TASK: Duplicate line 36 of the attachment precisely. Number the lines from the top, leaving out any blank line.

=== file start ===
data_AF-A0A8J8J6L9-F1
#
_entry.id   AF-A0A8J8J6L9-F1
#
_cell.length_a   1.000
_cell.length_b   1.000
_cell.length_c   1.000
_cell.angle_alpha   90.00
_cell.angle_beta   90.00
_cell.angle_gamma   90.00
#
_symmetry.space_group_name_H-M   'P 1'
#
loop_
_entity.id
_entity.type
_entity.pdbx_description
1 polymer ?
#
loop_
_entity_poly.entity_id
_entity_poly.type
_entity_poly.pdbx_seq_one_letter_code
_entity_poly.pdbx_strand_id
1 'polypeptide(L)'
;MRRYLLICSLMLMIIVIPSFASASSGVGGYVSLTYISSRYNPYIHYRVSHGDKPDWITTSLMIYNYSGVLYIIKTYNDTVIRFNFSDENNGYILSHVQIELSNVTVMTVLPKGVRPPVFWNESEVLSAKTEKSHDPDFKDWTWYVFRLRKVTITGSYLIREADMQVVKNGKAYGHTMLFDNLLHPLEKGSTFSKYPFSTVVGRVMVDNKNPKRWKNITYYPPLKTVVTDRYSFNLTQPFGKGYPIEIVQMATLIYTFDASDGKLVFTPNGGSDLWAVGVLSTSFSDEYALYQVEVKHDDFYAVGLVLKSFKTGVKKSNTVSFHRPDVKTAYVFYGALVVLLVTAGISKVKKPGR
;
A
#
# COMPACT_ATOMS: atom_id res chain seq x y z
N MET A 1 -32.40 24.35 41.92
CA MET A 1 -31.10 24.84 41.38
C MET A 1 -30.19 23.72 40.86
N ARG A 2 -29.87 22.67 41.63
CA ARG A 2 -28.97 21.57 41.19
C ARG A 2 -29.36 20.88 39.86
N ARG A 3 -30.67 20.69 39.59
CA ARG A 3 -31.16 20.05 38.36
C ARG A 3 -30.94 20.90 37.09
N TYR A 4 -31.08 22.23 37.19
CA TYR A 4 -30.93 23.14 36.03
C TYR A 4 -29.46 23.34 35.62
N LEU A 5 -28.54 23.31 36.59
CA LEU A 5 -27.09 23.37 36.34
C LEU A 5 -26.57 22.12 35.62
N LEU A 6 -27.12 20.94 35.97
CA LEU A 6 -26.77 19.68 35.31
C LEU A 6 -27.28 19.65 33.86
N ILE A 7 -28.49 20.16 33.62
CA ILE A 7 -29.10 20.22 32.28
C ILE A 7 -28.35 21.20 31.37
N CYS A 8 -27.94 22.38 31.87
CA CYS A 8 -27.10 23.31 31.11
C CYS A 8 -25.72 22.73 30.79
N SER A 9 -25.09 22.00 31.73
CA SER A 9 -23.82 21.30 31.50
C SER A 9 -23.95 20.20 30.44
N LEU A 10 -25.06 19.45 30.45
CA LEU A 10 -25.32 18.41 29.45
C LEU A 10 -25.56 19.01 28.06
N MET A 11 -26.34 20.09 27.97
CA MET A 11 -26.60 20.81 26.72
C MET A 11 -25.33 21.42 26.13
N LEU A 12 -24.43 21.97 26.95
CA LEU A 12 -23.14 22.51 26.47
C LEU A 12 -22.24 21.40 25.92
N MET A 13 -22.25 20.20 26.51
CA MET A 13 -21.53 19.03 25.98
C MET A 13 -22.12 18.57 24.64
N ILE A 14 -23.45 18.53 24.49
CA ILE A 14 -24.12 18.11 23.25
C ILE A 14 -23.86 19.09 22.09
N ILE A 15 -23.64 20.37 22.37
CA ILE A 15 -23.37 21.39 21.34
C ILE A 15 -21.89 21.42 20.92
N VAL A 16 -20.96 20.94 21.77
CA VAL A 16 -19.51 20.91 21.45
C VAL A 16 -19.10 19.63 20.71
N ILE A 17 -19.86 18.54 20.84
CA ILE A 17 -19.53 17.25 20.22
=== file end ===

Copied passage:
C ARG A 2 -29.36 20.88 39.86